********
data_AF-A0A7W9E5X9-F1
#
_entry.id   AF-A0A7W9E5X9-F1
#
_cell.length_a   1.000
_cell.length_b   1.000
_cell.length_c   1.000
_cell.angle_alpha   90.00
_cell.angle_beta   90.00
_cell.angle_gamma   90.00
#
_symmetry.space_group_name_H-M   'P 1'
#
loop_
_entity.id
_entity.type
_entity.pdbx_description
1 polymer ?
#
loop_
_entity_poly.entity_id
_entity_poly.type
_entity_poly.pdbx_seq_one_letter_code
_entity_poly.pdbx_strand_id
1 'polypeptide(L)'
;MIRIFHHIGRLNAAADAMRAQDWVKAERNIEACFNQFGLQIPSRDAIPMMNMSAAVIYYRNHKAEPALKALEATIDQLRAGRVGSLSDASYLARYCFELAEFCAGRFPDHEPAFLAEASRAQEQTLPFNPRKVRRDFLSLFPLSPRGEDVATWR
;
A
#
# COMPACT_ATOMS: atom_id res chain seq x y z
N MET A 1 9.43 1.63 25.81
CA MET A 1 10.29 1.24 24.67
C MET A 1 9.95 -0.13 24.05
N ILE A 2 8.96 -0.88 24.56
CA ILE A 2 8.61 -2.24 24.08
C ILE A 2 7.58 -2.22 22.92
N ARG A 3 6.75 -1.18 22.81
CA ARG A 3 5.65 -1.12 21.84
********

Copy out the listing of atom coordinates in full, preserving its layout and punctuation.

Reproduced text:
data_AF-A0A7W9E5X9-F1
#
_entry.id   AF-A0A7W9E5X9-F1
#
_cell.length_a   1.000
_cell.length_b   1.000
_cell.length_c   1.000
_cell.angle_alpha   90.00
_cell.angle_beta   90.00
_cell.angle_gamma   90.00
#
_symmetry.space_group_name_H-M   'P 1'
#
loop_
_entity.id
_entity.type
_entity.pdbx_description
1 polymer ?
#
loop_
_entity_poly.entity_id
_entity_poly.type
_entity_poly.pdbx_seq_one_letter_code
_entity_poly.pdbx_strand_id
1 'polypeptide(L)'
;MIRIFHHIGRLNAAADAMRAQDWVKAERNIEACFNQFGLQIPSRDAIPMMNMSAAVIYYRNHKAEPALKALEATIDQLRAGRVGSLSDASYLARYCFELAEFCAGRFPDHEPAFLAEASRAQEQTLPFNPRKVRRDFLSLFPLSPRGEDVATWR
;
A
#
# COMPACT_ATOMS: atom_id res chain seq x y z
N MET A 1 9.43 1.63 25.81
CA MET A 1 10.29 1.24 24.67
C MET A 1 9.95 -0.13 24.05
N ILE A 2 8.96 -0.88 24.56
CA ILE A 2 8.61 -2.24 24.08
C ILE A 2 7.58 -2.22 22.92
N ARG A 3 6.75 -1.18 22.81
CA ARG A 3 5.65 -1.12 21.84